Expectations great for Surrey prospect Sourdif
Giants forward likely to be first B.C.-born player taken in this week's NHL Draft
Vancouver Giants forward Justin Sourdif would certainly enjoy proving Steve Kournianos right.
Kournianos, who has been tracking prospects since 2015 for the Draft Analyst website, is predicting Sourdif will be selected 27th overall by the Anaheim Ducks in the first round of the NHL Draft on Tuesday (4 p.m., Sportsnet).
Other pundits are suggesting that Sourdif, an 18-year-old from Surrey, will have to wait to hear his name until the draft resumes again on Wednesday (8:30 a.m., Sportsnet) with rounds two through seven.
TSN's Craig Button has Sourdif going 39th, while colleague Bob McKenzie pegs him at 48th and Elite Prospects figures on 52nd.
Regardless, Sourdif is expected to be the first B.C.-born player taken in this year's draft, which will be conducted via video conferencing due to COVID-19 pandemic precautions.
“It's obviously nice to be a first-round pick. That's your team. You're their No. 1 priority,” explained Sourdif, a 5-foot11, 180-pound right-handed shot who grew up playing centre but has lined up mainly at right wing the past two seasons with the Giants.
“They'll give you two or three chances to make it. They'll invest a lot of time and energy into you. As a second or a third-round pick, you don't get as many chances. That's OK, too. I'm going to be ready for that if it happens.
“If I don't go in the first round, I'm not going to let it drag me down. I look at a guy like Brayden Point. I look at a guy like Brendan Gallagher. Those guys weren't picked in the first round and look at how they've done in the NHL. I know I can be a good player.”
Sourdif came into the 2019-20 season with ample first-round buzz. McKenzie, for example, had him at No. 17 in his pre-season draft ratings last September.
The Giants, as a team, had grand expectations of their own to begin the year, too, thanks to having so many key players back from the squad that had gone to the WHL championship series the spring previous.
It took Vancouver awhile to figure it out as a group. They were a pedestrian, run-of-the-mill squad in the first half, with far too few nights when their best players were in sync.
The Giants perked up in January, and Sourdif was among those who led the charge. He had 26 goals and 54 points in 57 games when the WHL shut down in March due to the COVID-19 pandemic. Ten goals and 19 points came in a 10game stretch from Jan. 26-Feb. 21.
Vancouver was on a 13-4-1-0 run when the season shut down. With how they were going as a group and how Sourdif was doing individually, it's easy to wonder what an extended Giants' playoff run would have done for Sourdif's draft stock.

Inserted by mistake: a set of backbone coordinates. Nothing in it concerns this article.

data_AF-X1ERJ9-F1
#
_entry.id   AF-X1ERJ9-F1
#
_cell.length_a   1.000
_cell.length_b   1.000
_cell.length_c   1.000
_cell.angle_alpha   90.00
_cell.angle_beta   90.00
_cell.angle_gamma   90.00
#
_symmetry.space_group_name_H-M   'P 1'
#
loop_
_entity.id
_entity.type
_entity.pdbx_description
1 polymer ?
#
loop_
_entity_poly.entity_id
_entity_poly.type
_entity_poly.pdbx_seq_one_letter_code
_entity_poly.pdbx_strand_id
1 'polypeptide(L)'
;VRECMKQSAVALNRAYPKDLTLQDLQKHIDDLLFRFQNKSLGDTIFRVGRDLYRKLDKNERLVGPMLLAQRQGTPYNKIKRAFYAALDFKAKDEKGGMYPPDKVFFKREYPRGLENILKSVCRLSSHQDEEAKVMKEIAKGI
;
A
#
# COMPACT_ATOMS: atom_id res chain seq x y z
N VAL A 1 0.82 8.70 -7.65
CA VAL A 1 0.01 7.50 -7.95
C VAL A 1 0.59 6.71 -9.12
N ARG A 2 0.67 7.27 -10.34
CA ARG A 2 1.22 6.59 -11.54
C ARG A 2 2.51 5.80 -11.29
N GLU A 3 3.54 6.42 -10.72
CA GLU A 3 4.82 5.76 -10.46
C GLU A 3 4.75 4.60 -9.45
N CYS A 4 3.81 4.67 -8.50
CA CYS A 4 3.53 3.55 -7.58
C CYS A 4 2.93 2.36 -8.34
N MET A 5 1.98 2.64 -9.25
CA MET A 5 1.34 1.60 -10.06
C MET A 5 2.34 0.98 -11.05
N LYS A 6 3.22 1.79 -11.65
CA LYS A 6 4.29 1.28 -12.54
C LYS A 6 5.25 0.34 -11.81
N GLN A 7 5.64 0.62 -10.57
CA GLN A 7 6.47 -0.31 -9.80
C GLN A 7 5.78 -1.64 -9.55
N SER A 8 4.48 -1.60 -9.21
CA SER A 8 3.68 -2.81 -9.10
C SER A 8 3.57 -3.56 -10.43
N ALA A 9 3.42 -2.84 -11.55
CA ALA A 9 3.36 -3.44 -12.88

To his credit, he says he's refuses to get caught up in what could have been.
“It might have changed a few spots, but that's all,” Sourdif explained. “I need to improve on my consistency. That's the knock against me and I know that.
“I have the tools to play pro hockey. It's about improving on those skills. It's about becoming stronger and faster. And it's about improving my consistency. I'm hoping that some of that comes with age.”
Sourdif seems equal parts scorer and setup man. He wins puck battles and he's stronger than he gets credit for.
Opponents rarely get a good piece of him. He's that kind of evasive. On the flip side, he routinely gets a body on an opposing defenceman and turn pucks over.
There are a variety of aptitudes there with Sourdif, especially if he can dial in the consistency.
“I think that no matter where Justin goes in the draft that team is going to look back and say, `Wow. Great pick,” explained Giants general manager Barclay Parneta. “His hockey instincts are inherent. He knows how to get pucks on the net and he knows how to get pucks back from the opposition. That will serve him well.”
With so much uncertainty due to the pandemic, it's hard to guess when the WHL might start up. It's hard to guess, too, whether Giants coach Michael Dyck will utilize Sourdif on the wing or at centre when Vancouver does resume action. Dyck routinely paired Sourdif with pivot Milos Roman during the past two seasons, but Roman graduated at the end of the campaign.
Vancouver's decisions on their three 20-year-old players will be a factor in where Dyck slots Sourdif. Challengers for the trio of overage spots with the Giants include forwards Tristen Nielsen and Eric Florchuk and defencemen Seth Bafaro, Trevor Longo and Alex Kannok Leipert. Nielsen was used mainly at wing and Florchuk at centre for Vancouver last season but they both maintain they can play either spot.
Sourdif has 49 goals and 100 points in 125 career regular season games with the Giants.